Public Acceptance of GM Foods

Public acceptance of GM foods – a Lincolnshire farmer’s perspective


Farmers have mortgages, overdrafts, bank managers and families to support. Farming is experiencing the most difficult trading conditions in living memory – no doubt it will improve soon but at this time many products are leaving the farm at prices below the cost of production. Against this background farmers are struggling to grow profitable crops and produce quality food at affordable prices, using acceptable techniques, and in an environmentally sustainable fashion.

Farmers need new crops and safer production methods, be that improvements to the agronomy of current food crops or the development of novel crops for new markets in industry and pharmaceuticals.

This is the attraction of GM crops to farmers.

Most farmers now recognise that GM technology has the potential to do enormous harm to agriculture, but struggle to reconcile the potential benefits of genetic engineering against the rejection of GM foods by their customers. Most farmers now recognise that GM herbicide tolerance is of limited commercial value and that any potential benefits are outweighed by environmental concerns and the risk of alienating the general public.

However some farmers still find the public reaction to GM foods mystifying.

Rather than trying to educate, farmers firstly need to understand their customers.

Politicians and the biotech industry often express frustration at the ‘inaccurate and emotional’ reaction of the public. But to assume that the public is ignorant is not only patronising, but also inaccurate and damaging. People may not understand the scientific and technical detail, but they have sufficient awareness of the issues to develop their own opinions. In particular, the public mistrusts the scientific approach to its own ignorance. Given the experience of BSE and other controversies it seems wise to doubt the reliability of the scientific community.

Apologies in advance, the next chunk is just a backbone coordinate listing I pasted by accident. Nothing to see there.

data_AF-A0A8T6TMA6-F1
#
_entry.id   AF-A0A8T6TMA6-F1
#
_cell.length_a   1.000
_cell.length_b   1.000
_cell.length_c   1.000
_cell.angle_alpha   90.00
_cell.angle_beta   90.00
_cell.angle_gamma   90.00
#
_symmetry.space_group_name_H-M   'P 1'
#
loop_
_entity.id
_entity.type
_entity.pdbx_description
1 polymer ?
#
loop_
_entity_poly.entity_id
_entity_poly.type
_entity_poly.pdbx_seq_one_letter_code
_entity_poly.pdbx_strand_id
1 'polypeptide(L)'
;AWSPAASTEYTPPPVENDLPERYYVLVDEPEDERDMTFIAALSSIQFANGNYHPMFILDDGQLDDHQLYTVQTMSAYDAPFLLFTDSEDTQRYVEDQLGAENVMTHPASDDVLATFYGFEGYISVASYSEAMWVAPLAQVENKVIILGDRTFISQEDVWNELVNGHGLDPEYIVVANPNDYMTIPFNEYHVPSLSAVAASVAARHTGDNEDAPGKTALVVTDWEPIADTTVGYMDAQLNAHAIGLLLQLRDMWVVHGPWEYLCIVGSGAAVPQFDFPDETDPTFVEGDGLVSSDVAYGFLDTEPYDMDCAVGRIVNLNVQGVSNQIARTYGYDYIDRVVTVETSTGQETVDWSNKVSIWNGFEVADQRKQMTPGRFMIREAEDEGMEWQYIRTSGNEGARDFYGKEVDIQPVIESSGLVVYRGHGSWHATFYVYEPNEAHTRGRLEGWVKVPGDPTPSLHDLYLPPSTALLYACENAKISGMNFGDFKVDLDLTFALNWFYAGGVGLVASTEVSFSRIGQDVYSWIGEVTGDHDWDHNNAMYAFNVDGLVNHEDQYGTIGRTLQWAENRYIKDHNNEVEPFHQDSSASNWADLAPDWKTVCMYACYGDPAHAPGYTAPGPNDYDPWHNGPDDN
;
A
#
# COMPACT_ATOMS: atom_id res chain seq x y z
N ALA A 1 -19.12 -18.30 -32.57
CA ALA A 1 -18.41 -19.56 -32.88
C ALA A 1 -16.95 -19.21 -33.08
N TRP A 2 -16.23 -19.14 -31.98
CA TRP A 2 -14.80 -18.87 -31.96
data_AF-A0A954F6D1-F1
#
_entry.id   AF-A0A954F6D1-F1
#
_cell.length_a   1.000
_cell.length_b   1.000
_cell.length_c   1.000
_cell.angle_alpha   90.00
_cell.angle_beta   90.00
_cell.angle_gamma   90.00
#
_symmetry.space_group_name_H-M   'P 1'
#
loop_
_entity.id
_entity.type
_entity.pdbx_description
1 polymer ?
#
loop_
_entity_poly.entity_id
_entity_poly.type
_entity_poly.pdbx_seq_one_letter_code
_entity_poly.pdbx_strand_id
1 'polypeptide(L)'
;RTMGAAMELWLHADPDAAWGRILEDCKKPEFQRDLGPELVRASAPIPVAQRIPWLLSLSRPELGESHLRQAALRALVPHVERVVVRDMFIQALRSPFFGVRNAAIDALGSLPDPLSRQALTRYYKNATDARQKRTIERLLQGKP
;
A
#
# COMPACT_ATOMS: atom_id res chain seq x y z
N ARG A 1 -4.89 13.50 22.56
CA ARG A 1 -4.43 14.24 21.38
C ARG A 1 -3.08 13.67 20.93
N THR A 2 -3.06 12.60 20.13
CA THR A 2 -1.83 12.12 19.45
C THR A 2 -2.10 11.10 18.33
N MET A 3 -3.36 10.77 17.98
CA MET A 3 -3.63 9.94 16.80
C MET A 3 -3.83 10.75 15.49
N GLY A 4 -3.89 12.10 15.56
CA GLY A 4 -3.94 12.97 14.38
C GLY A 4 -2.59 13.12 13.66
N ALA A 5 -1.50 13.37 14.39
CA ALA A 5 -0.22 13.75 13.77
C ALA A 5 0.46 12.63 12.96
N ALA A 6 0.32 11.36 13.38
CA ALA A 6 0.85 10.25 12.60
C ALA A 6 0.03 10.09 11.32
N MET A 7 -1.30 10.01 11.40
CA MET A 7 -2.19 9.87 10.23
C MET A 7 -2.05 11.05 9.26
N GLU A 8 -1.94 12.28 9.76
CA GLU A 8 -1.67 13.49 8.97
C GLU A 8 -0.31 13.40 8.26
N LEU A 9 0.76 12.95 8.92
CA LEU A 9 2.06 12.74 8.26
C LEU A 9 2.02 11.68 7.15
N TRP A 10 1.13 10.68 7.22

Scientists leap where angels fear to tread

‘Disagreeing with a scientific estimate of risk is not necessarily irrational: the evidence on the analysis may be incomplete, the scientist may have a vested interest in selecting particular bits of evidence, or there may be more than one particular interpretation of the facts. Interestingly, surveys show that within the European Union, people in those countries with the best understanding of how science works, also tend to be the most sceptical about the ability of science to resolve everyday problems’ (Krebs and Kacelnik 1997).

The public also recognise that in purchasing a product they are condoning the production methods.

People will accept that a product is safe and even desirable but will reject the product for other reasons. Recently we have seen the public reject products from France in retaliation for that countries refusal to accept British beef. We have also seen campaigns for dolphin-friendly tuna (it doesn’t help the tuna, that still ends up in a tin) but in changing the method of catching the tuna the public can console themselves that dolphins are not being unnecessarily slaughtered.